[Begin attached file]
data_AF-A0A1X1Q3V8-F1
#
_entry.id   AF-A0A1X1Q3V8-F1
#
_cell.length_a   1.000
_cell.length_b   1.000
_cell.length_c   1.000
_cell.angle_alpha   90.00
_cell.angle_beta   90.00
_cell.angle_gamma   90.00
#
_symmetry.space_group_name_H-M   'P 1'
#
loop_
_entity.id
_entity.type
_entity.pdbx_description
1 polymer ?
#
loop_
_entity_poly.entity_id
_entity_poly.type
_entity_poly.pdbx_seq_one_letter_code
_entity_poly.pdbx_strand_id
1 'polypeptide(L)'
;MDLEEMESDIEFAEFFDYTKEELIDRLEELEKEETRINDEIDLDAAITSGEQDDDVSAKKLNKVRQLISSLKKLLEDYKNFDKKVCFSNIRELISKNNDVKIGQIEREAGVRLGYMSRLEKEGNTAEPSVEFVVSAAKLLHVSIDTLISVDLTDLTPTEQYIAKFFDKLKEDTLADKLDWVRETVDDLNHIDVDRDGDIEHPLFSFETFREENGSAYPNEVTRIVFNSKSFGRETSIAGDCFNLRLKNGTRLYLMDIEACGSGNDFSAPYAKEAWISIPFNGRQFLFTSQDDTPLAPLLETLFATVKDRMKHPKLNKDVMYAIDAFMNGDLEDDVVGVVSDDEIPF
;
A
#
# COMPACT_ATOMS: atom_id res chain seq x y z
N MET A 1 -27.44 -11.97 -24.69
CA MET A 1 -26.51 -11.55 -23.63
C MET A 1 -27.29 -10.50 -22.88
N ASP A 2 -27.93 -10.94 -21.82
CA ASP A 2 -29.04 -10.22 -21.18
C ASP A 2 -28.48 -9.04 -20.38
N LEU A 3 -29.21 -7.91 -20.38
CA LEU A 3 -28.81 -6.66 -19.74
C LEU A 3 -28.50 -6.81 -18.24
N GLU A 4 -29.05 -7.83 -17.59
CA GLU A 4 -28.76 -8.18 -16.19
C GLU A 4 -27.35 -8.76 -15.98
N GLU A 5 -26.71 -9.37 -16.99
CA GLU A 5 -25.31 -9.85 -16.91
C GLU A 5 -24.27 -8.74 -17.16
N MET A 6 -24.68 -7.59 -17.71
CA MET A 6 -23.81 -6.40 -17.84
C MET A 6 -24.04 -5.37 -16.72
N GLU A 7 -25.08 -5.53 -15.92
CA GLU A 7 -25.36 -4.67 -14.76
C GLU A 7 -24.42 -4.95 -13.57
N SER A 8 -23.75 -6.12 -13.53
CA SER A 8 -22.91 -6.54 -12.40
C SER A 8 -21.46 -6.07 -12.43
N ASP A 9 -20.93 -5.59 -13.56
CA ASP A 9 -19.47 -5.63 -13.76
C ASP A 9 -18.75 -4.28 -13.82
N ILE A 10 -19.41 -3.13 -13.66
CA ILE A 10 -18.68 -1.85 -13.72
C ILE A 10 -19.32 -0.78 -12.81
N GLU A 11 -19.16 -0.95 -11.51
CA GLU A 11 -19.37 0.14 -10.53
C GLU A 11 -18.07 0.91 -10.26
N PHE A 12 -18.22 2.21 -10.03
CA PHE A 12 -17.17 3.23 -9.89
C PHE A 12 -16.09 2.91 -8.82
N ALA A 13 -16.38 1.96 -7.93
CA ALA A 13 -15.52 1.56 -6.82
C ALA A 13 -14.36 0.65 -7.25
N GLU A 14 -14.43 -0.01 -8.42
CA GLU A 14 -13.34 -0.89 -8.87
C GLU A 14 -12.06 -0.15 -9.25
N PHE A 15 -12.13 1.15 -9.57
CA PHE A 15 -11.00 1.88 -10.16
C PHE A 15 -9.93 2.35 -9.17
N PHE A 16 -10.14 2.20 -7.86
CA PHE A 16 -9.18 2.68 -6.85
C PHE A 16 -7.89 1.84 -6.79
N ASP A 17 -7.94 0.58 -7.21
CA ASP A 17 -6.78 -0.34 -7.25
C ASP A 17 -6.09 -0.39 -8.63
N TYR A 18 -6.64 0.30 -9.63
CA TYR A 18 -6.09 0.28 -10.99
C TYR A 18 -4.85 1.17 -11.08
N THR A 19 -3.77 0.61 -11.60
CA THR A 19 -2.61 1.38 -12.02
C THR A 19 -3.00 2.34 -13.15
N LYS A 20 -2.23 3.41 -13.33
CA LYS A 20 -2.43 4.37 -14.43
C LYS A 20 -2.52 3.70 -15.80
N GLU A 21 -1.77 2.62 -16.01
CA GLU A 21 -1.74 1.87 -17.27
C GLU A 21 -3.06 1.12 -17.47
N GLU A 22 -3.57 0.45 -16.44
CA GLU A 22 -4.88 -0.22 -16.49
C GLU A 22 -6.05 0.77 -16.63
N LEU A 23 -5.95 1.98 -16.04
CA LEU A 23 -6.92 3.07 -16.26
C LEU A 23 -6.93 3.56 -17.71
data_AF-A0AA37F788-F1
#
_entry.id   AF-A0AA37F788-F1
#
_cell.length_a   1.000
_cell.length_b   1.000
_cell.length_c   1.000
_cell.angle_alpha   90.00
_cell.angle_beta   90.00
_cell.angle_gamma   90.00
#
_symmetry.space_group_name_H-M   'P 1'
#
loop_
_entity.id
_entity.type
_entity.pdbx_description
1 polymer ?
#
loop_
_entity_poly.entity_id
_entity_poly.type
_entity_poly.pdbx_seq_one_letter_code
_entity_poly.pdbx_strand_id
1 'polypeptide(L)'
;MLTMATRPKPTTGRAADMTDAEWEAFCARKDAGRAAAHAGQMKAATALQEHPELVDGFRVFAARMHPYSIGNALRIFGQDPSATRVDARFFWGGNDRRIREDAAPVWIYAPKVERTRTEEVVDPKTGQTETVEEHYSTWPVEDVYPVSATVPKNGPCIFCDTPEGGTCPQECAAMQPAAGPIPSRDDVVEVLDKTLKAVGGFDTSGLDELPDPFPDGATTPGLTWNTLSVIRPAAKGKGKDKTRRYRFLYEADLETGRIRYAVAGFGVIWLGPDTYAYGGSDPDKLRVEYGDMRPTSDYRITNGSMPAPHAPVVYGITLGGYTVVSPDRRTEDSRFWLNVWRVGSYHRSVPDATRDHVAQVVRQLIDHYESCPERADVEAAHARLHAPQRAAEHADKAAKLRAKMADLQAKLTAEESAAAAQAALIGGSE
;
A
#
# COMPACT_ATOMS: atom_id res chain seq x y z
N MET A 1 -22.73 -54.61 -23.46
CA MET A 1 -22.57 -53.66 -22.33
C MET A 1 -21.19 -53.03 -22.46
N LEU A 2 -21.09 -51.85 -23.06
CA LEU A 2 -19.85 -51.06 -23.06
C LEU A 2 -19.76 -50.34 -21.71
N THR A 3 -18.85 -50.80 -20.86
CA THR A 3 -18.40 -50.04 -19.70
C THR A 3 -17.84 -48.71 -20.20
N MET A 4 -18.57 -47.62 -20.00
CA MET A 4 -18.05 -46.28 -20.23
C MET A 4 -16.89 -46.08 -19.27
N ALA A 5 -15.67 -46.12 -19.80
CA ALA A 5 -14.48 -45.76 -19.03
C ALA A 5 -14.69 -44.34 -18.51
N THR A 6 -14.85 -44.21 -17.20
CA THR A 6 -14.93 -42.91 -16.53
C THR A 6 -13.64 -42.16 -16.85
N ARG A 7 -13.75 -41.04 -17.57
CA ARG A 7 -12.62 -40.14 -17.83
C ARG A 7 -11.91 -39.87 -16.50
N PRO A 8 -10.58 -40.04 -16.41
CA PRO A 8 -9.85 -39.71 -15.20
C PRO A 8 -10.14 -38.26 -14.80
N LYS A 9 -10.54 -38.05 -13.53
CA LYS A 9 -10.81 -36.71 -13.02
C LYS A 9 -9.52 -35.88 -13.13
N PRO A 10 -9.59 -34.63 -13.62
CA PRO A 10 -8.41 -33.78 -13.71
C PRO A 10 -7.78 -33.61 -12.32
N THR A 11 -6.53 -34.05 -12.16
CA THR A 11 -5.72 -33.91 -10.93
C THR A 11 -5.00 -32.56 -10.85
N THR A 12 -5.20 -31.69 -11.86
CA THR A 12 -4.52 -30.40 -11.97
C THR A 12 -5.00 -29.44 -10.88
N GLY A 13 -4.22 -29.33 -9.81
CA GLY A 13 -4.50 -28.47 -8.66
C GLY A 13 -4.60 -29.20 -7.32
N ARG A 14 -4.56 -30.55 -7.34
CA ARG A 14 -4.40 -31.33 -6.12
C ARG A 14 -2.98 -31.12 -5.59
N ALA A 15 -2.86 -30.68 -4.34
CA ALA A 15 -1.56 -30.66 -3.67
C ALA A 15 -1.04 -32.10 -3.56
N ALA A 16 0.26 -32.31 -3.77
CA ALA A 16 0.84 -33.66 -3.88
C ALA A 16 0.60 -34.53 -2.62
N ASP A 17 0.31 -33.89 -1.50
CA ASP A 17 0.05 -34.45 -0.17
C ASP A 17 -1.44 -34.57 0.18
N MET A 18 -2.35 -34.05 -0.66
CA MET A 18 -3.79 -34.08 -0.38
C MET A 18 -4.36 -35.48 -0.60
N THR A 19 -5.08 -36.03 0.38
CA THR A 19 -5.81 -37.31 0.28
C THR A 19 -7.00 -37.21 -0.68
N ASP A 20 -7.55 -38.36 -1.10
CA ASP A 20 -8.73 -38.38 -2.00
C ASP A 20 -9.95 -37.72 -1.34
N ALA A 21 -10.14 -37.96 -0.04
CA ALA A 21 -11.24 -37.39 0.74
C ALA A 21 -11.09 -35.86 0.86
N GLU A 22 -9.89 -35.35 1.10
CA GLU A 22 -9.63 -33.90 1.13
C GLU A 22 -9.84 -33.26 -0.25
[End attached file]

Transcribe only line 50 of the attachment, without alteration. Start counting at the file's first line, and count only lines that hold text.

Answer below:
CA GLU A 7 -25.36 -4.67 -14.76